Thomas Edison State University By Thomas Edison State University • May 31, 2018

7 Ways to Earn College Credit That Don’t Include Traditional Online Courses

Did you know that in just last year alone, TESU students received 273,753 credits toward their degrees that didn’t involve a single traditional online course?

That’s more than enough credits for a lifetime, for 1,000 lifetimes. Suddenly, fulfilling 120 credits for a bachelor's degree seems doable.

The truth is, almost 85 percent of the TESU student body is 25 or older, and so it makes sense that you may have acquired college-level knowledge outside of the classroom that might be worth college credit.

Prior learning assessment (PLA) is a selection of credit earning methods that allows you to leverage what you learned outside of the classroom for college credit. That means that if you can demonstrate what you learned as a result of your training, work, military service or other life learning experience, you can turn it into credit toward your degree. So if you already have the knowledge, there is no need to sit through courses that cover the same material.

In fact, nearly every requirement in every undergraduate degree program at the University can be completed through alternative course options, whether through testing, portfolio development or by earning credit for professional training programs that you’ve completed through your profession, so you can complete your degree faster. Best of all: the PLA process allows students with college-level knowledge to earn those credits at a much lower cost than taking the courses.

Once you’ve done an initial self-assessment to evaluate what you may or may not know, you can use prior learning assessment to earn credit for what you do. Here’s how.


1. Professional Learning Reviews (PLR)

A variety of credentials, licenses, certifications and training programs have been independently reviewed by the University’s Office of Professional Learning Review (OPLR) and determined to be worth college credit. These evaluations are known as Professional Learning Reviews (PLR). Popular PLR credits include aviation FAA credentials, nuclear industry training, military training, police academies and related training programs, UPS, Ma’alot/Zaidner Institute, nursing (RN license) and other allied health fields. If you have successfully completed any of these eligible reviews conducted by the University, submit the official documentation of completion to receive credit toward your degree program. These credits can be applied to any part of your program, including the area of study, as long as they fit the requirements of your degree and do not exceed the limitation of transferable credits from any one source.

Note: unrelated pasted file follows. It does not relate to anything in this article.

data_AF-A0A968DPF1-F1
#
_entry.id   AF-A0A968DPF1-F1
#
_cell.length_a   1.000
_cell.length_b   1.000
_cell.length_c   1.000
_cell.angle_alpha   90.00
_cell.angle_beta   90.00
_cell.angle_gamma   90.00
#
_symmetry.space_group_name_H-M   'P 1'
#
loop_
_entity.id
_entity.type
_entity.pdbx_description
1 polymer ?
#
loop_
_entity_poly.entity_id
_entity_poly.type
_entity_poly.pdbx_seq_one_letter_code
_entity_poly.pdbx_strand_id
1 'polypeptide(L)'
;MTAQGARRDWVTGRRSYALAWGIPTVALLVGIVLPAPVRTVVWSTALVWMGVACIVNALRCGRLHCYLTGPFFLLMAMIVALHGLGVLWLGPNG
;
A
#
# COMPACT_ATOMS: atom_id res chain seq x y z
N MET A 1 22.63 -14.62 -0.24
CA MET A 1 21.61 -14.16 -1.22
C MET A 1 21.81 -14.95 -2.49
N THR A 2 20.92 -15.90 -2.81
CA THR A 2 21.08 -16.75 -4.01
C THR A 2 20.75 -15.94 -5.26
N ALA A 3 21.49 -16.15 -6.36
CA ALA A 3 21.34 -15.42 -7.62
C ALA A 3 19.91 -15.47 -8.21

2. American Council on Education (ACE) CREDIT and National College Credit Recommendation Service (NCCRS)

The American Council on Education (ACE) CREDIT and the National College Credit Recommendation Service (NCCRS) contain thousands of credit recommendations for courses, apprenticeships and exams offered by a range of evaluated organizations, from government to business. If you completed any educational programs through organizations like StraighterLine, Saylor Academy or, or training programs through companies like Disney, Starbucks or Microsoft, you can earn college credit for your learning experiences. Both ACE CREDIT and NCCRS publish the full offering of their credit recommendations online. These organizations are constantly updating their credit recommendations, so check the listings often to find new opportunities to earn credit or ensure that you are pursuing credits that will apply toward your degree.

To get college credit for ACE CREDIT recommendations, the University must receive an official ACE transcript that documents your completed courses and exams, which can be created and ordered online, here.


3. Credit-by-Exam

There are dozens of examination programs that allow students to earn credit by taking exams instead of courses. All of these programs test your knowledge on the subject content taught through a college class. When you earn a passing score on these examinations, you prove that you have the knowledge and skills equivalent to that of students who learned the material in a college course. For example, if you have taken a MOOC or open course, you can apply what you learned by taking an equivalent exam and get college credit for a passing score.

There are more than 150 assorted exams from which to select, including TECEP®, the University’s own credit-by-exam program as well as the College-Level Examination Programs (CLEP), DSST Exams, UExcel Exams, the NYU Foreign Language Proficiency Exam in more than 50 languages.